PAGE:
After Christmas I had an extra week off pretty much of pure personal time (i.e no commitments). I decided to use this time to do something fun and meaningful, and one that didn’t involve code. It was a hard decision honestly because I enjoy building apps and useful tools. Though I felt like if I didn’t step away for awhile and do something else I wouldn’t really feel like I was able to rest and get my bearings for the next year.
So it was decided, I was going to do something, not coding related. What to do?
We recently moved into a new apartment, and for my office I was using fold out card table as my primary workstation. I knew it wasn’t ideal and I had been searching for a table for some time for this room. The problem was that I couldn’t find any tables that fit my criteria:
- Small to Medium Size
- All Wood
- Light Wooden Finish
- Under $200
Most of what I could find were in the $500+ range, and was either to small to share with 2 people or to big, more like a dinning table. Then the thought hit me, “Why not just build a table yourself?”, perfect idea! Except for the fact I’ve never build any furniture in my life… Sounds great to me!
In order to make sure this table would actually get done and look good, I needed to make sure it was simple to build, but still looked great. After a little searching I found set of table and chair plans that looked promising.
It had a nice rustic feel, didn’t look too complicated and was made completely out of 2×4’s. Done.
As I started to plan how to build this thing, I quickly realized that I had almost no tools needed to build it. I had some basic tools (hand screwdriver, hammer, measuring tape etc…) but nothing to cut the wood, or to screw it together. So I called up a good friend that I could remember had power tools; Success! he had a table saw and power screwdriver, the main things needed to pull this thing together.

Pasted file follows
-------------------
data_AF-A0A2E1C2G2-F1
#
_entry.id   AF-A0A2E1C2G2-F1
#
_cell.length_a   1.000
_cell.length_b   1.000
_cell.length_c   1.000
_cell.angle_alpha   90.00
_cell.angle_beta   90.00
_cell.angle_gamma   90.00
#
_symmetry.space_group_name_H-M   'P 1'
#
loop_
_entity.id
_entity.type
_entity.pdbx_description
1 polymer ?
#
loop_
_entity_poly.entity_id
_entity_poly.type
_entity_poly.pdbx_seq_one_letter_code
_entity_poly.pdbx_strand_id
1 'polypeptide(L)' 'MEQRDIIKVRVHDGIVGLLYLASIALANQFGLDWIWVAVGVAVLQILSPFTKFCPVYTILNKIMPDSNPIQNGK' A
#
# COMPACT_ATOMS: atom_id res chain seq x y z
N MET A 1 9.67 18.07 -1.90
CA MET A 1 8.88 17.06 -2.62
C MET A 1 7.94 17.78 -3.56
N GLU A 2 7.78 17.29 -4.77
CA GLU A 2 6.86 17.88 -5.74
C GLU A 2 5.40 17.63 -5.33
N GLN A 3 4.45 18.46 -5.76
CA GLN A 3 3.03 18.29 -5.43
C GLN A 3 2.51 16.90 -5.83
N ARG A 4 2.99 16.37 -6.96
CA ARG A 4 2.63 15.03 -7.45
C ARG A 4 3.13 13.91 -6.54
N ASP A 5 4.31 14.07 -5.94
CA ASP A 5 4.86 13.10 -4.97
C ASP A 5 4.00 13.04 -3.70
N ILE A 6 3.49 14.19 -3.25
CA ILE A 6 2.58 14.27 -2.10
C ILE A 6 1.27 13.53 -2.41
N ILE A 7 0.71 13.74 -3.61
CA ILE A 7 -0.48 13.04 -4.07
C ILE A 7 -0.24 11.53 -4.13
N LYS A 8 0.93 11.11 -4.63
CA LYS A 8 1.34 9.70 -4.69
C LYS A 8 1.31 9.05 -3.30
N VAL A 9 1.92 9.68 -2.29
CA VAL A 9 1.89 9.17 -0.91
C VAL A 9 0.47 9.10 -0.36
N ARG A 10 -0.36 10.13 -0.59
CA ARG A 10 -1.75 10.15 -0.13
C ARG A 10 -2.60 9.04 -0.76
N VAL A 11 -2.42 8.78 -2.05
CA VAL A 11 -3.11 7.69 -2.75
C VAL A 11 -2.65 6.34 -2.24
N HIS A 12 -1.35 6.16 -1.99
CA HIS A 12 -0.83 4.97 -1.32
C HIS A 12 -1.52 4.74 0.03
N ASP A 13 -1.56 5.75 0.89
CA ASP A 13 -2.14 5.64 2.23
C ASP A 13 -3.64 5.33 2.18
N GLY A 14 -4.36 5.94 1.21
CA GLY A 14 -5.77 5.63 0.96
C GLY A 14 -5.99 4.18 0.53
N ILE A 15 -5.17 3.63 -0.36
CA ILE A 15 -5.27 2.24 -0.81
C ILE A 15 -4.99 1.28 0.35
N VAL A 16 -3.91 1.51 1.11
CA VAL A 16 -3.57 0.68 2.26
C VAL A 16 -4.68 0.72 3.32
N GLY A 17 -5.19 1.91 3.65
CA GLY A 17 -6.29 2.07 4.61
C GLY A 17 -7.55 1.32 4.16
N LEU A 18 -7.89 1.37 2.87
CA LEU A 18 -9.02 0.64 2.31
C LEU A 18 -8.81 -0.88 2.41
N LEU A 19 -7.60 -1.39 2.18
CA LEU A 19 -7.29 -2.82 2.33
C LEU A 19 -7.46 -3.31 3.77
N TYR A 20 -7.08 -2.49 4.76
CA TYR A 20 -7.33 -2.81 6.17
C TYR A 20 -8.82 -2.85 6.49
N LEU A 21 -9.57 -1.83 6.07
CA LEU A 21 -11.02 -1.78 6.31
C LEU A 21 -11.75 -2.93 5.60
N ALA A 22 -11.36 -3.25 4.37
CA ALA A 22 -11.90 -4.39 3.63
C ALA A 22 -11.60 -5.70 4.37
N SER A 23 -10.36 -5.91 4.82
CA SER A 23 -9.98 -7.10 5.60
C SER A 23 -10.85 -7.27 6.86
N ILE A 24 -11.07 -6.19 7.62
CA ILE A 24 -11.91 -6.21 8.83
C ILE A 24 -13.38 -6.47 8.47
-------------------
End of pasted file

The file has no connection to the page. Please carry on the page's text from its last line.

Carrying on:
After some light planning and a trip to Home Depot we were in business. With help of my friend we were cutting wood in no time. By the end of the first day we had measured and cut all the wood necessary for 1 table and 2 chairs. Now the fun part, putting it all together.
For the building phase I was on my own, and I noticed as began building, doing this by my self was tough. I had no real workbench, I was pretty much sprawled out in the room putting it together. I needed hold things so for the wood glue and for me to screw things together, I decided to head back to home depot for a c-clamp. The c-clamp I have to say was by far the most useful in building this table, It was so handy being able to things together as I screwed into.
I decided to take a different route than the directions though and ended up using screws for everything. For some of the joints this was problematic as I had to use crazy long screws to drill through the 4 inches of wood to secure the joint. They recommended using a handy tool called a kreg jig for the joints but I decided to be a little cheap as they cost about 100$ and my budget was $200 for everything. In the future I will probably pick one of these up but this time around I decided to forgo buying it. It made securing the joints a little ify at times but in the end worked out fine. I also made sure to sink the screws into the wood so I could cover them with a little wood putty later on when I decided to stain it.